“Every board looks (to fill) a skills matrix, and I’d say in the last few years the highest premium on skills for all boards has been either active or recently retired CEOs.”
Manley says change will come in time.
Deborah Gillis, president of Catalyst Canada, a non-profit organization dedicated to advancing women, says that’s not enough.
“For those who might think that hope is a strategy and argue that time will take care of the gender leadership gap in Canada, I point out that since Catalyst Canada Inc. began tracking women’s representation on boards almost 10 years ago, (it) has increased by 4.2 percentage points — an average half a percentage point annually,” Gillis told the senate committee on banking, trade and commerce hearing on Hervieux-Payette’s bill in December, according to the unrevised transcript.
“There is only one conclusion to be drawn from this data: unless something changes fundamentally to accelerate the pace of change, gender parity on Canadian boards will remain a pipe dream for women and men who are committed to good corporate governance, financial performance and gender equity.”
Alice Eagly and Linda Carli, wrote about women’s lack of advancement in a recent article in the Harvard Business Review. They suggest that part of the problem could be misidentification of the obstacles women face.
“Glass ceiling-inspired programs and projects can do just so much if the leakage of talented women is happening on every lower floor of the building,” say Eagly and Carli, who describe the challenge facing women as a labyrinth that can turn them around at any stage of their careers.
Eagly and Carli outline a number of barriers in the maze that keep women away from the executive suite: prejudice; resistance to women’s leadership; leadership style issues; and family demands that make it difficult for women to engage in the kind of social networking that is essential to advancement.
Wright also points out that women are taking corporate roles and not taking the operational kind of jobs, particularly in the resource sector, that lead to managerial and executive positions.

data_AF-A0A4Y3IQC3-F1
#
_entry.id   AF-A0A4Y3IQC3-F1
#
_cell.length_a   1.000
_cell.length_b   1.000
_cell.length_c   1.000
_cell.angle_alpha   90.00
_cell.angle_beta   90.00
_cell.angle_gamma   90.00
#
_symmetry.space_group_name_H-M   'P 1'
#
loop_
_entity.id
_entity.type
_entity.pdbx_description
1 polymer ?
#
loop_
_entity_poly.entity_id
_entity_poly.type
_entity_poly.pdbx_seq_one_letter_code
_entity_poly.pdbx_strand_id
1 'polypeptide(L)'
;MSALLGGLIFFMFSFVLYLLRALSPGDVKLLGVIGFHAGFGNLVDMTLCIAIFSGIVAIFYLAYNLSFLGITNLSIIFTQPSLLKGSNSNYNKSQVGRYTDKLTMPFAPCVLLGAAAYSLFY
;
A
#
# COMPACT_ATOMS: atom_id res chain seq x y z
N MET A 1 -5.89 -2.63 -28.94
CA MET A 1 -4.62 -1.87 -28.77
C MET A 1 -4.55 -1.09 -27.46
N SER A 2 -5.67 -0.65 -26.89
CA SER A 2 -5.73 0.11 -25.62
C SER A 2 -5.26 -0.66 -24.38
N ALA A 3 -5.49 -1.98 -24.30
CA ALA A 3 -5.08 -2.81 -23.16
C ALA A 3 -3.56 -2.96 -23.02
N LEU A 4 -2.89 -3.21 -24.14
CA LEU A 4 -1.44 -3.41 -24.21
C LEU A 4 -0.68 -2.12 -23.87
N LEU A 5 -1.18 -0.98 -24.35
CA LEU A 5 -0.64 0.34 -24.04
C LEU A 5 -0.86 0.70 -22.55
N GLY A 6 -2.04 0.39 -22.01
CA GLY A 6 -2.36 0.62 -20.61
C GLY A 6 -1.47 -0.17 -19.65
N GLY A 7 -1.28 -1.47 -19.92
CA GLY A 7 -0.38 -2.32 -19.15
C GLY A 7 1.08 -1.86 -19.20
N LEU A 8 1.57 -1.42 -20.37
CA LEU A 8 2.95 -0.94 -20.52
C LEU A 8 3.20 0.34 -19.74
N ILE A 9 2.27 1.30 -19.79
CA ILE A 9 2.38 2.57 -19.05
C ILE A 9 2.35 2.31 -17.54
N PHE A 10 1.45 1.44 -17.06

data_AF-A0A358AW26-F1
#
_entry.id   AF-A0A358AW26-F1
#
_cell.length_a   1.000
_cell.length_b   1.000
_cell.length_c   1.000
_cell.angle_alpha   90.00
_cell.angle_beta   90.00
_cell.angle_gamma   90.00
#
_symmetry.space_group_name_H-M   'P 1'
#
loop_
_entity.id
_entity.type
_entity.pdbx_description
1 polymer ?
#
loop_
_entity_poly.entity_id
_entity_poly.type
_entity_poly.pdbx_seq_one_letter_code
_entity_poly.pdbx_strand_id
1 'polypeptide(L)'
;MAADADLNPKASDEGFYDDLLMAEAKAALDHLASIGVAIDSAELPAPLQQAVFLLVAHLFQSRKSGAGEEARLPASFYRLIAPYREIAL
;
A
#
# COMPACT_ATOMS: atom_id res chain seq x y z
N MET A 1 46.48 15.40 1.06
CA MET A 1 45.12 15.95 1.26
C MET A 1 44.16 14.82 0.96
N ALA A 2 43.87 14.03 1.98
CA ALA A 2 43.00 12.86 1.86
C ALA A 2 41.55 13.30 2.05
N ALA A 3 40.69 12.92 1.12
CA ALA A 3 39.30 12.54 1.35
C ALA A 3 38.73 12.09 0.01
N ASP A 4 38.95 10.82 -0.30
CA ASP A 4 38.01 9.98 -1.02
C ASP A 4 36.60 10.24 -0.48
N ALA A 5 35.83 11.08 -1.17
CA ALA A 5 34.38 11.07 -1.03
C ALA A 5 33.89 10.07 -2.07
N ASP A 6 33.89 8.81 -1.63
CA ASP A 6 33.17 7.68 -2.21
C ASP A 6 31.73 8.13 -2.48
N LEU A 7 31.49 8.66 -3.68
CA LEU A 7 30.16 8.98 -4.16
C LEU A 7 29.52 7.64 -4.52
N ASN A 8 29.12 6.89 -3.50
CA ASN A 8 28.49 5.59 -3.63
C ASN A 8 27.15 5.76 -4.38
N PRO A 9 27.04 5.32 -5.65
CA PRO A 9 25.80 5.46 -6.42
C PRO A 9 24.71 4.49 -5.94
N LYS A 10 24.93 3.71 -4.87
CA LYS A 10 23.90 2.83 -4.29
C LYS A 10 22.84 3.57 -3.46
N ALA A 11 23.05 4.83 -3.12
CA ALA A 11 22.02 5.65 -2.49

Still, as the senators at the committee hearing and Manley pointed out, there is pushback to the idea of a quota system — including from women themselves, who want to be promoted on merit.
Manley says there is value in mandating parity “if your only value is parity.” He says what shareholders want is a board that will provide them with good returns.
“Is saying that you have an absolute requirement the best way to get the best possible people on boards?”
Liv Monica Stubholt, CEO and board member of Norway’s Aker Clean Carbon, who also presented at the December committee hearing, noted that in the absence of attempts to include women and other minorities in the nomination process, the result has been a de facto affirmative action program for men. Stubholt told the committee that the result of quotas in her country has been a more open and transparent nominating process, and no company’s bottom line has suffered from having greater numbers of women on their boards.
Hervieux-Payette notes studies have suggested that having women in management and on boards changes the culture of those groups and can increase the company’s success. She says the recent recession, as well as Canada’s chronic low productivity numbers, is evidence that the current “good old boys networks” aren’t working in the interests of the company or the country, and that it’s time to make a change.
“We are entering into a fight for survival with competition around the world and we need the best. That’s it. We need to change our system.”